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ot: so the thing about reggae guitar is...


seifukusha

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Typically, the guitar strum is on the 2 and the 4. But it's more complex than that, rhythmically. Listen to the interaction of the bassline (smooth, and accenting the 1), the drums (driving, and accenting the (2) (and) and the (4)), and the vocals, which rarely start on the 1... they let the music float the downbeat out there before they start, and they are often synchopated (accenting upbeats)

And that's just a basic reggae rhythm.

There were (are) a whole set of sub-genres that either helped create, or were offshoots from reggae:
dancehall
dub
rock steady
ragga
even ( :freak: ) ...ska

And then there's all that can be said about what reggae has meant socially.

So, it's more than just that whack on the 2 and the 4 :D


======
I went downtown
I saw Miss Brown
She had brown sugar
All over her booga wooga
I think I might join the fun
But I have to hit and run
See I just can't settle down
In da kinky part of town

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Bingo. Uncle Dig's got it. And we haven't even gotten into dub which is just two chords over and over sometimes. :D

It's not just blues, either. I'd pick up one of those Trojan box sets like "Trojan Mod Reggae" or "Work Your Soul" to start to see where Reggae was going in the late 60's, early 70's.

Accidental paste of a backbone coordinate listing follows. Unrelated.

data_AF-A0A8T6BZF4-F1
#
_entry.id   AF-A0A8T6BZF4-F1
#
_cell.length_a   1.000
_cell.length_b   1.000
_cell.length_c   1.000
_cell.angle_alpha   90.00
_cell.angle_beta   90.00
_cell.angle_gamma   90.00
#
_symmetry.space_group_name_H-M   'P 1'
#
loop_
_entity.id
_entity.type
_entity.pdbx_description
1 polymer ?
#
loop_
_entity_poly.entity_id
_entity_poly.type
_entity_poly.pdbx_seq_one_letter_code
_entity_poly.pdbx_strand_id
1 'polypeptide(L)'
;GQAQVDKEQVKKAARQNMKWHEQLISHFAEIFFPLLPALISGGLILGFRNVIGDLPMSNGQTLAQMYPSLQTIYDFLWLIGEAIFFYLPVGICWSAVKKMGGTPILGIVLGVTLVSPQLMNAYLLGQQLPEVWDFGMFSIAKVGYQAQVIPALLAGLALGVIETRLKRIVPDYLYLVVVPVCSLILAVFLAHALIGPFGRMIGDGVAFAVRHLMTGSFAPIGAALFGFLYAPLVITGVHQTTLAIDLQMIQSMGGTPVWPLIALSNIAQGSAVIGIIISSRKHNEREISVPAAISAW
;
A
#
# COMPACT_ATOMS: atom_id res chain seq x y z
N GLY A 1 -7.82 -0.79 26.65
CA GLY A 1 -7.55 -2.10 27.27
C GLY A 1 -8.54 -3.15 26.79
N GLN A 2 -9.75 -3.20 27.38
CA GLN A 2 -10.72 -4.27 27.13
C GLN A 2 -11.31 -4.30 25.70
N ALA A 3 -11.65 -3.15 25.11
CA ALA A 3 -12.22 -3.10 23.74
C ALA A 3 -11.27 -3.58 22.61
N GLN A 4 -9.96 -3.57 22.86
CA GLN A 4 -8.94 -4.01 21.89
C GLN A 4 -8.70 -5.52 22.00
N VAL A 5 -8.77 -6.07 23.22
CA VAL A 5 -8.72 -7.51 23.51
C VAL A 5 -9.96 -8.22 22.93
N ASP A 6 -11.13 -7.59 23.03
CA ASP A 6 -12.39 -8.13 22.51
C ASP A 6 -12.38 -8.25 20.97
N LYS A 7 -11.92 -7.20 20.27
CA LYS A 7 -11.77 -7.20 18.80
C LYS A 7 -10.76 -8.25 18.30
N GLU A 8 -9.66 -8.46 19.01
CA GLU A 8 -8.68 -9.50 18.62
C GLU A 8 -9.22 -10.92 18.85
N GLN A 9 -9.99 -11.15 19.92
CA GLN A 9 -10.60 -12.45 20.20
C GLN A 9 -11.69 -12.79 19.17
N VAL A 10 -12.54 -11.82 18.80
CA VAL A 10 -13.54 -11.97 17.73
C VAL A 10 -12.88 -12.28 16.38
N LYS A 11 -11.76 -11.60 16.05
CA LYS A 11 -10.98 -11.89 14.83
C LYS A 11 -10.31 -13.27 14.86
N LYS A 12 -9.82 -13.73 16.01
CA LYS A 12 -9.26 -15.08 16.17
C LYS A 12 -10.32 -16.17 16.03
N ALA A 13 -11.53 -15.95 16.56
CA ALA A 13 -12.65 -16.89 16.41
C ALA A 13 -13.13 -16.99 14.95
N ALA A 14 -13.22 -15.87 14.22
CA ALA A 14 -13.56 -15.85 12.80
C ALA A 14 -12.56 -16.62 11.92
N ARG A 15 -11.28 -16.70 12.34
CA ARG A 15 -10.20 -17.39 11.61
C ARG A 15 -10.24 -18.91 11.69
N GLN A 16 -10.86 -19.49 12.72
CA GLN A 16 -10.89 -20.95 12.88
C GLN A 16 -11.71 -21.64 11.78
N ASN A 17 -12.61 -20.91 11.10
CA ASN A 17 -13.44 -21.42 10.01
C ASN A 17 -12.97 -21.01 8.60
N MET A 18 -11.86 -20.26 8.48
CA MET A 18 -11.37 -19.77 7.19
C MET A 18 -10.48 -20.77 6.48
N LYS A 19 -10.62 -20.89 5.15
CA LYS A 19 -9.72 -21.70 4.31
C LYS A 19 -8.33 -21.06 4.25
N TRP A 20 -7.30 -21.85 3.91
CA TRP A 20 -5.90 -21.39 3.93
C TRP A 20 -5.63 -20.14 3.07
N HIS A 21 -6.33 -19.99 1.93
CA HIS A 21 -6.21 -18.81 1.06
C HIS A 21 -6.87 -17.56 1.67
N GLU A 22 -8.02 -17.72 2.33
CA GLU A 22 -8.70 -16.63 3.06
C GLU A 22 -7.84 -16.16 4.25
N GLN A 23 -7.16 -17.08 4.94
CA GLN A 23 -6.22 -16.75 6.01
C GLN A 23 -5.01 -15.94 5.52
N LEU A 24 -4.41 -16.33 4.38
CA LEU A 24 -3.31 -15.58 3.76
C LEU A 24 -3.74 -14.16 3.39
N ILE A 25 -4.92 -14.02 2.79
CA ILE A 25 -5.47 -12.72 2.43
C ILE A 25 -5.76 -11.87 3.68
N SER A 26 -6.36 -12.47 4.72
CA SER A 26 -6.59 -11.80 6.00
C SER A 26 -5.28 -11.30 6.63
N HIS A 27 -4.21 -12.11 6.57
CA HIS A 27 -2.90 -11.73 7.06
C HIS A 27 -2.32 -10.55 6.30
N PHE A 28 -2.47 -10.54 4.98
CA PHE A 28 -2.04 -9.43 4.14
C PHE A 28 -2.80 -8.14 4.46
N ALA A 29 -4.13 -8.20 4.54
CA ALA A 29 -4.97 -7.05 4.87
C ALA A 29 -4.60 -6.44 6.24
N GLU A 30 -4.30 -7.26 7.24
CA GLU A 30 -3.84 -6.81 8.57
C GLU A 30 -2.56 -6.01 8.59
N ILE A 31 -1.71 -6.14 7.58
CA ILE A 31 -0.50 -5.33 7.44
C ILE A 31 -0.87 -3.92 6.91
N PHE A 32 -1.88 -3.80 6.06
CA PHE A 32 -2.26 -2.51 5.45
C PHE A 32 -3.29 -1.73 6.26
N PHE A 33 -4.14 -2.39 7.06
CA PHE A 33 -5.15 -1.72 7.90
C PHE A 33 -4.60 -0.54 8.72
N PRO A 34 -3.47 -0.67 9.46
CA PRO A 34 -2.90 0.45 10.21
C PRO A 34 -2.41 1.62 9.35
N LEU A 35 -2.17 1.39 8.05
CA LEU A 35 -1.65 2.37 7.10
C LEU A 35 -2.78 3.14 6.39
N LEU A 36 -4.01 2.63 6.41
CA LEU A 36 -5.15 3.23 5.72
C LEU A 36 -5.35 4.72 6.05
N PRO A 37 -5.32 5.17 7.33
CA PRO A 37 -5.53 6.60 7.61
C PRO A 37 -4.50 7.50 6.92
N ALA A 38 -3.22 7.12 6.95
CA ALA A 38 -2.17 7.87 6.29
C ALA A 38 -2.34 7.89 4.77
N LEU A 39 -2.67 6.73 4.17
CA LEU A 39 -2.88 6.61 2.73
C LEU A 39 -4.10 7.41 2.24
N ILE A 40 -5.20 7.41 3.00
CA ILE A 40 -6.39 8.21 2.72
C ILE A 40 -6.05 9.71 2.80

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Originally posted by ChitownTerror

Bingo. Uncle Dig's got it. And we haven't even gotten into dub which is just two chords over and over sometimes.
:D

It's not just blues, either. I'd pick up one of those Trojan box sets like "Trojan Mod Reggae" or "Work Your Soul" to start to see where Reggae was going in the late 60's, early 70's.



:thu:

Rich musical heritage, that reggae.

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Originally posted by ChitownTerror

A lot of reggae's non-rhythm elements are borrowed from American soul music and Afropop. Ken Boothe's backing band, for example, was essentially playing 60's soul on the upbeat.



I read somewhere that the evolution of Jamaican music from calypso to reggae owed a lot to US soul radio. Because the records were hard to come by, your average Jamaican soul fan was listening to weak signals from Florida, and it wasn't possible to work out what the rhythm section was doing, so Jamaican musicians ended up fusing motown melodies with their more traditional "backwards" rhythm patterns.

...and that's how we got Sean Paul :thu:

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Originally posted by english_bob



I read somewhere that the evolution of Jamaican music from calypso to reggae owed a lot to US soul radio. Because the records were hard to come by, your average Jamaican soul fan was listening to weak signals from Florida, and it wasn't possible to work out what the rhythm section was doing, so Jamaican musicians ended up fusing motown melodies with their more traditional "backwards" rhythm patterns.


...and that's how we got Sean Paul
:thu:



:thu: :thu:

now THAT'S a cool bit of history right there. I never knew that - could that be the first form of music spawned from radio?